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Hands on: Nintendo Ring Fit Adventure review

A surprisingly fun game hidden within a subversive workout device

What is a hands on review?
(Image: © Future)

Early Verdict

This workout-focused peripheral might not be for everyone, but if you want to get a light workout in while you game, Ring Fit Adventure on Nintendo Switch looks better than any phone-based workout app.

For

  • Surprisingly fun RPG
  • Targets muscle groups
  • Mini-games galore

Against

  • Only works with one game
  • Pricey peripheral

During a brief time playing with Ring Fit Adventure, a new peripheral-slash-software crossover in the same vein as Nintendo Labo, Nintendo folks stressed one thing above all else: this is a game first, and an exercise device second. 

They told us that while we were doing overhead presses to attack color-coded enemies, oblique twists to row across the water and pectoral presses and pulls to put the beating on a horde of moles in the game’s exercise-focused version of whack-a-mole. They insisted it wasn’t an exercise peripheral while we jogged in place, and again when the game wanted us to do a 30-second plank to attack a jacked crab. (Yes, one of the enemies is really a supremely muscular crustacean.) 

On one hand, it seems ridiculous that Nintendo doesn’t want you to acknowledge that a game built entirely around exercise isn’t about exercise at all and yet, it makes sense that Nintendo doesn’t want you to focus on the workout – that thing that so many of us begrudgingly drag ourselves out of bed for at four o’clock in the morning … I mean, who’d buy an $80 (£65, AU$125) add-on for Nintendo Switch for that?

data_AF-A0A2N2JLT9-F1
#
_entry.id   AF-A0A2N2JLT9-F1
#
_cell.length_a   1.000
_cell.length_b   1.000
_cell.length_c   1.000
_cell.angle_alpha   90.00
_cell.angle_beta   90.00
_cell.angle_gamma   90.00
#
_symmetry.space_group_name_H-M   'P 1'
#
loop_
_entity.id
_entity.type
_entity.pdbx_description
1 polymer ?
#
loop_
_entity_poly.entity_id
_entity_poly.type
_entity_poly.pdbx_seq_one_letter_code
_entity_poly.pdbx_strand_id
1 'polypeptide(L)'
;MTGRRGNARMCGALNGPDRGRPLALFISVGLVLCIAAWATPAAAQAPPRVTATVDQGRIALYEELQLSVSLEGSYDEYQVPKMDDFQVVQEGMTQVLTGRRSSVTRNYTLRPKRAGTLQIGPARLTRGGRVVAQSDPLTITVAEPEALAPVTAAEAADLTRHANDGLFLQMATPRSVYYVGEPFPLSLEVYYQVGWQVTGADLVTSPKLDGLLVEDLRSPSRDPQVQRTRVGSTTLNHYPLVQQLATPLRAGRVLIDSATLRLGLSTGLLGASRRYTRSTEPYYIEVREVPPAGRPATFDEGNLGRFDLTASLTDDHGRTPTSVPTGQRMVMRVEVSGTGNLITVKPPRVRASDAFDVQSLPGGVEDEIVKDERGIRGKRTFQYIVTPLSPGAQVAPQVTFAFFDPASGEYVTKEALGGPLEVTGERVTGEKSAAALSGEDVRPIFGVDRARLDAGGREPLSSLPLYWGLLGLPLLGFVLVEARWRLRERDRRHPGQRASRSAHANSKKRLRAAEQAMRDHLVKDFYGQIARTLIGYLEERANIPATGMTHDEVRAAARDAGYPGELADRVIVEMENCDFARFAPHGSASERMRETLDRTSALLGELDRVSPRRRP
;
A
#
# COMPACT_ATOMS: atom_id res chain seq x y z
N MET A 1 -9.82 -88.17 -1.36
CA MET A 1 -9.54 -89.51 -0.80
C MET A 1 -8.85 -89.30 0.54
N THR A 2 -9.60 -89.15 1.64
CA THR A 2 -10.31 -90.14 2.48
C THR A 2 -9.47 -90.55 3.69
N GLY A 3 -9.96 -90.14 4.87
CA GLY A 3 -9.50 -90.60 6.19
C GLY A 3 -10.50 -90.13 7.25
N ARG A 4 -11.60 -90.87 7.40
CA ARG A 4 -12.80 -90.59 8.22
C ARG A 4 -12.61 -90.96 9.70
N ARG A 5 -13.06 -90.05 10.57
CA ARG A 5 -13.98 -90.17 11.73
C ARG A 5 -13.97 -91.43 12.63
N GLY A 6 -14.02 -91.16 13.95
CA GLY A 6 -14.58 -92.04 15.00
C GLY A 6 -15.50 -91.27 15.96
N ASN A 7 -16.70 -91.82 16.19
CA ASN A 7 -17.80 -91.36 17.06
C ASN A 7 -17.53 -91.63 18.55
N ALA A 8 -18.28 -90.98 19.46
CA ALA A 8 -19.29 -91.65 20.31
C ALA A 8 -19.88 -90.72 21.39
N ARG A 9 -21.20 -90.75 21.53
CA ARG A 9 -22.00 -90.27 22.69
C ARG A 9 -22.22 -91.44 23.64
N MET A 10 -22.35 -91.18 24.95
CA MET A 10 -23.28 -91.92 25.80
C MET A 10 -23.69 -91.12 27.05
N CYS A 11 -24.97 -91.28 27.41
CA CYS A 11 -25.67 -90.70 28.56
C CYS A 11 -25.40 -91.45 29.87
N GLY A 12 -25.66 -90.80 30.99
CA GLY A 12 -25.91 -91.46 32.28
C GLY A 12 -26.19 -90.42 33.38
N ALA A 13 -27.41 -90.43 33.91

No, Nintendo wants you to focus on how surprisingly fun the game is. The extra dose of endorphins at the end of every level, in Nintendo’s opinion, is just an added bonus. 

The Ring Fit vs a traditional gym 

Where the Ring Fit game deviates from Nintendo’s workout projects of years past is that this time there’s more focus on the game aspect and less of a focus on using the peripheral as a platform for other games to tap into. In fact, as far as we know right now, the only game that uses the Ring Fit accessory is Ring Fit Adventure.

Despite its singular focus, however, the Ring Fit peripheral seems well designed: You attach the right-side Joy-Con into the rubber ring, while the left Joy-Con goes into a pouch that straps around your left leg. The Ring’s level of resistance can then be set to match your fitness level, and the game will ask you how much of a workout you’re looking for every time you start it up.

Using just the two Joy-Cons and the Ring Fit, Nintendo can measure your acceleration, angle and position you’re in, plus use the IR sensor to track your heart rate. It feeds all this data into the game, which it then translates to role-playing game-like stats such as damage output.

It should go without saying that, without the game, the ring peripheral doesn’t really work. That’s why Nintendo told us that it’s only selling a physical version as part of a boxed set. There’s one mode that lets you take the ring with you around the house to do a small workout, but otherwise the Ring Fit is directly tied to this one game.

(Image credit: Future)

Subversive workouts